Rah Buddy's a monster, and he's hungry Time for all cute little bunnies to hop into his mouth. "Oh no " they say. "There are cupcakes in the oven " They offer Buddy some, and he becomes too full to eat the bunnies. He'll have to come back tomorrow. Read more...
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Rah Buddy's a monster, and he's hungry Time for all cute little bunnies to hop into his mouth. "Oh no " they say. "There are cupcakes in the oven " They offer Buddy some, and he becomes too full to eat the bunnies. He'll have to come back tomorrow. And so it goes between Buddy and the bunnies--they take him swimming, after which he is too tired to eat; they take him on all the rides at a carnival, after which he is too dizzy to eat; they even form a Buddy fan club . . . and who could eat their own fan club? Eventually Buddy realizes that the bunnies have tricked him. The bunnies aren't food at all--they are friends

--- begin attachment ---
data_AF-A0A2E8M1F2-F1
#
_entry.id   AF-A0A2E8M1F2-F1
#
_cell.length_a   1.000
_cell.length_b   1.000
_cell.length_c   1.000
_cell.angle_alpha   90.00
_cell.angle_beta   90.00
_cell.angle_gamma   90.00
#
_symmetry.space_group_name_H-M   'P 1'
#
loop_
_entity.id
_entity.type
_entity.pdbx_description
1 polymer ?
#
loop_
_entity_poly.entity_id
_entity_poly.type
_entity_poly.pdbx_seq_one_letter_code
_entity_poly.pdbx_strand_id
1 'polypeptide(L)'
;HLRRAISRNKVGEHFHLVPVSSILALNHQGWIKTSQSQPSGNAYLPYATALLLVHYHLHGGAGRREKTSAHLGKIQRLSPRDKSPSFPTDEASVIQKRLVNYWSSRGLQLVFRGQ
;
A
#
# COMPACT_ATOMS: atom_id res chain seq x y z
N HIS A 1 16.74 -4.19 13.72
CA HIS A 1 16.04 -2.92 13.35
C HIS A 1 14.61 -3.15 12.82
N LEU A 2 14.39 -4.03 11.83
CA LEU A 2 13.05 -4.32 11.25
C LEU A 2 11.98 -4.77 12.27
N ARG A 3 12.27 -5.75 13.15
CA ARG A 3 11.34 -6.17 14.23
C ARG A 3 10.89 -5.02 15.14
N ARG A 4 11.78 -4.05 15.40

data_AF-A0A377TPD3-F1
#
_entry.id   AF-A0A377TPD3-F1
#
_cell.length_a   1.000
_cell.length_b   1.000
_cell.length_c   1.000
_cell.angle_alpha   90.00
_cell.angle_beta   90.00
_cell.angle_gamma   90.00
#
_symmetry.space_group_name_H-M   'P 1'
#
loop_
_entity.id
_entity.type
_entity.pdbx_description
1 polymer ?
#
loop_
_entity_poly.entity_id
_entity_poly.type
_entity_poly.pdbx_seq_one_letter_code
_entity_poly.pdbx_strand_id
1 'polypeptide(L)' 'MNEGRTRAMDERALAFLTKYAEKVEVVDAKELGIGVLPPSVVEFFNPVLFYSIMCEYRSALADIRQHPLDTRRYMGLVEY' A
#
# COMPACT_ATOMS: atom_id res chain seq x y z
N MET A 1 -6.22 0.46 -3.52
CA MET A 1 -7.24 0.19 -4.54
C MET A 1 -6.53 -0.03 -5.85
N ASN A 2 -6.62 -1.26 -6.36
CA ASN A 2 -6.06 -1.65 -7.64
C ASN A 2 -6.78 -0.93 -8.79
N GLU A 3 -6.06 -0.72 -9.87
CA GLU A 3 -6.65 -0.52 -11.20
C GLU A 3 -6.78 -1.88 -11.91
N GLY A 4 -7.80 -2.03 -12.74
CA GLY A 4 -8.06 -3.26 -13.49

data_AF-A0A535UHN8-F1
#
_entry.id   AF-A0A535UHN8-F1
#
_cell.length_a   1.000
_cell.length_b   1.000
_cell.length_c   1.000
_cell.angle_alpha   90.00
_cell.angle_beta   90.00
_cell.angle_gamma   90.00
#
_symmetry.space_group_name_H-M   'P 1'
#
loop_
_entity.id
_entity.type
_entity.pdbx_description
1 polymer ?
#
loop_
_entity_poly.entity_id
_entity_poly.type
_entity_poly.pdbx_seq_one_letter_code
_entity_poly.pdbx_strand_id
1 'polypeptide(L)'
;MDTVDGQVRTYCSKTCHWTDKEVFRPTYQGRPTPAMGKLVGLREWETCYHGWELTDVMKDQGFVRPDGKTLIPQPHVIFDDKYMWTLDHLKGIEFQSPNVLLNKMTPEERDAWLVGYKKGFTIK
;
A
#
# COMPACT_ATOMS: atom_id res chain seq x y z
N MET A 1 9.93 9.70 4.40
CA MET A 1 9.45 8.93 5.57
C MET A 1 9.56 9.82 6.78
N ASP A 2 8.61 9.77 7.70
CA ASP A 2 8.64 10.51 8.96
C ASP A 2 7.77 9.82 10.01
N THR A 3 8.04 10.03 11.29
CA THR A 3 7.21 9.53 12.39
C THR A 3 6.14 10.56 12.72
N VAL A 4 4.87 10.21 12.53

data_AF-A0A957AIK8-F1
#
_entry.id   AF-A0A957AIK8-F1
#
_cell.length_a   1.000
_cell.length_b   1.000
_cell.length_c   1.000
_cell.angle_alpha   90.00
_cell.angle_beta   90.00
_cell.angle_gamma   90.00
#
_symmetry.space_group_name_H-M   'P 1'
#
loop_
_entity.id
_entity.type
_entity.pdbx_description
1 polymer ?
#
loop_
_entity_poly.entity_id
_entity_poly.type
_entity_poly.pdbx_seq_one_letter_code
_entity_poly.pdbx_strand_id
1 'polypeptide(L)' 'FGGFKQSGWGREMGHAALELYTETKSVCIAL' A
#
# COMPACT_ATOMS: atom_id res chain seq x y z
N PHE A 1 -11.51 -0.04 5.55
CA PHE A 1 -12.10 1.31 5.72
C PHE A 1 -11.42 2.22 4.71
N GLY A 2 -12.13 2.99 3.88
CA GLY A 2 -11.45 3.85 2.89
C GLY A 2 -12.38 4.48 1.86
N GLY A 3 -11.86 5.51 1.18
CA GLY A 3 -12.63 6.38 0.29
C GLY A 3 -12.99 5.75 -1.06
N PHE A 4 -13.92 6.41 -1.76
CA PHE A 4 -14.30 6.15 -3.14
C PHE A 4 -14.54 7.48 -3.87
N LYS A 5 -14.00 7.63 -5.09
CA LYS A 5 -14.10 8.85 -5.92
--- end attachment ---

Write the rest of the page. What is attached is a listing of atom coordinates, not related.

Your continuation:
The bunnies' seemingly naive offers of friendship are a charming--and clever--mode of survival in this sweet and silly story about a not-at-all-scary monster.
Publishers Weekly® Reviews
- Reviewed in: Publishers Weekly, page .
- Review Date: 2013-10-21
- Reviewer: Staff
The star of Shea’s Dinosaur vs. books may dominate his foes, but not so with shaggy, orange-striped, and ill-tempered Buddy the monster, who tries and fails to eat a passel of cute, white bunnies. “No, please, no! We were about to make cupcakes!” three bunnies wail, stopping him in his tracks. “They played hide-and-seek while the cupcakes baked,” and Buddy fills up on treats. He returns the next day, and five bunnies propose that they go swimming. “If you bunnies are half as delicious as you are nice, I am in for a treat,” Buddy admits. The next day, seven bunnies take him to the carnival (sticking to “spinny, whippy rides” that give Buddy an upset stomach), and the next, eleven admonish him with the book’s sideways title. With recent longer comedies like this one and Unicorn Thinks He’s Pretty Great, Shea’s digital art and one-joke narratives have blossomed. While this romp predictably favors the underdogs, Shea’s energized colors, subtle background textures, and manic visuals keep the eye moving, while the shouty dialogue, hapless monster, and sneaky rabbits amplify the silly suspense. Ages 4–8. Agent: Steven Malk, Writers House. (Jan.)